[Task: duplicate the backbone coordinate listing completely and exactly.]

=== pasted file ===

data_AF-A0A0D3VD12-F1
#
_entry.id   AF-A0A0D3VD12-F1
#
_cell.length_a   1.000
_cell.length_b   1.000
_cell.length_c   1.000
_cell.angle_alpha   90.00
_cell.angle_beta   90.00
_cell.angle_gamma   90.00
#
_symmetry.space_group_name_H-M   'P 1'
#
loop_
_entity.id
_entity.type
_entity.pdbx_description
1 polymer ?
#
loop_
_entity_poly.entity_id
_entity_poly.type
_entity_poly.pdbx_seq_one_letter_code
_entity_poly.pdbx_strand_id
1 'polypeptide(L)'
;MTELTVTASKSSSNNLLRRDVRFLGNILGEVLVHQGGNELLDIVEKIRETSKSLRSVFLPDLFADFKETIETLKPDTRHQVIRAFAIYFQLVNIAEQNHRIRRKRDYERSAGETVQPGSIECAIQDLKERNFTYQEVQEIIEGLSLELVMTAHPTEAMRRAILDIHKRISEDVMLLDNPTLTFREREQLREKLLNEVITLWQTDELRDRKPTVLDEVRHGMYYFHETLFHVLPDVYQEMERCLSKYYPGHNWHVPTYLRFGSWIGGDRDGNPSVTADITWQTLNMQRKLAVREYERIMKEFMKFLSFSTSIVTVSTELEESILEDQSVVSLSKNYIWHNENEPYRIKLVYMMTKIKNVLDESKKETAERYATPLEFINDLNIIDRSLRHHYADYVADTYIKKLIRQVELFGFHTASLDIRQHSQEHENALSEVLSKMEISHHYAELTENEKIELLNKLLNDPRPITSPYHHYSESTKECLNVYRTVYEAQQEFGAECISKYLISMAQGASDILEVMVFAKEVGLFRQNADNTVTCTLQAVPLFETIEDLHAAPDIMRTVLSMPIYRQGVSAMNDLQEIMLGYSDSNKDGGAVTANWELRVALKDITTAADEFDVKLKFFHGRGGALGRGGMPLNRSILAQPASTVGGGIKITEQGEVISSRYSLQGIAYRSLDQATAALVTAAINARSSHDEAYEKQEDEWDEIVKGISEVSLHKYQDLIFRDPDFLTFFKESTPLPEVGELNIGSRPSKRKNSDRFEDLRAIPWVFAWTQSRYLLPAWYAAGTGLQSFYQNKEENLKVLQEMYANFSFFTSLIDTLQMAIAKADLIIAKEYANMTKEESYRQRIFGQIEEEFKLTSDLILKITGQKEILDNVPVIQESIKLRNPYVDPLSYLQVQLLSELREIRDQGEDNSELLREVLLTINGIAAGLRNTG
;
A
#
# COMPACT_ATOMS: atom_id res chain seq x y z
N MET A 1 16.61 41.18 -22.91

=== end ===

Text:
data_AF-A0A0D3VD12-F1
#
_entry.id   AF-A0A0D3VD12-F1
#
_cell.length_a   1.000
_cell.length_b   1.000
_cell.length_c   1.000
_cell.angle_alpha   90.00
_cell.angle_beta   90.00
_cell.angle_gamma   90.00
#
_symmetry.space_group_name_H-M   'P 1'
#
loop_
_entity.id
_entity.type
_entity.pdbx_description
1 polymer ?
#
loop_
_entity_poly.entity_id
_entity_poly.type
_entity_poly.pdbx_seq_one_letter_code
_entity_poly.pdbx_strand_id
1 'polypeptide(L)'
;MTELTVTASKSSSNNLLRRDVRFLGNILGEVLVHQGGNELLDIVEKIRETSKSLRSVFLPDLFADFKETIETLKPDTRHQVIRAFAIYFQLVNIAEQNHRIRRKRDYERSAGETVQPGSIECAIQDLKERNFTYQEVQEIIEGLSLELVMTAHPTEAMRRAILDIHKRISEDVMLLDNPTLTFREREQLREKLLNEVITLWQTDELRDRKPTVLDEVRHGMYYFHETLFHVLPDVYQEMERCLSKYYPGHNWHVPTYLRFGSWIGGDRDGNPSVTADITWQTLNMQRKLAVREYERIMKEFMKFLSFSTSIVTVSTELEESILEDQSVVSLSKNYIWHNENEPYRIKLVYMMTKIKNVLDESKKETAERYATPLEFINDLNIIDRSLRHHYADYVADTYIKKLIRQVELFGFHTASLDIRQHSQEHENALSEVLSKMEISHHYAELTENEKIELLNKLLNDPRPITSPYHHYSESTKECLNVYRTVYEAQQEFGAECISKYLISMAQGASDILEVMVFAKEVGLFRQNADNTVTCTLQAVPLFETIEDLHAAPDIMRTVLSMPIYRQGVSAMNDLQEIMLGYSDSNKDGGAVTANWELRVALKDITTAADEFDVKLKFFHGRGGALGRGGMPLNRSILAQPASTVGGGIKITEQGEVISSRYSLQGIAYRSLDQATAALVTAAINARSSHDEAYEKQEDEWDEIVKGISEVSLHKYQDLIFRDPDFLTFFKESTPLPEVGELNIGSRPSKRKNSDRFEDLRAIPWVFAWTQSRYLLPAWYAAGTGLQSFYQNKEENLKVLQEMYANFSFFTSLIDTLQMAIAKADLIIAKEYANMTKEESYRQRIFGQIEEEFKLTSDLILKITGQKEILDNVPVIQESIKLRNPYVDPLSYLQVQLLSELREIRDQGEDNSELLREVLLTINGIAAGLRNTG
;
A
#
# COMPACT_ATOMS: atom_id res chain seq x y z
N MET A 1 16.61 41.18 -22.91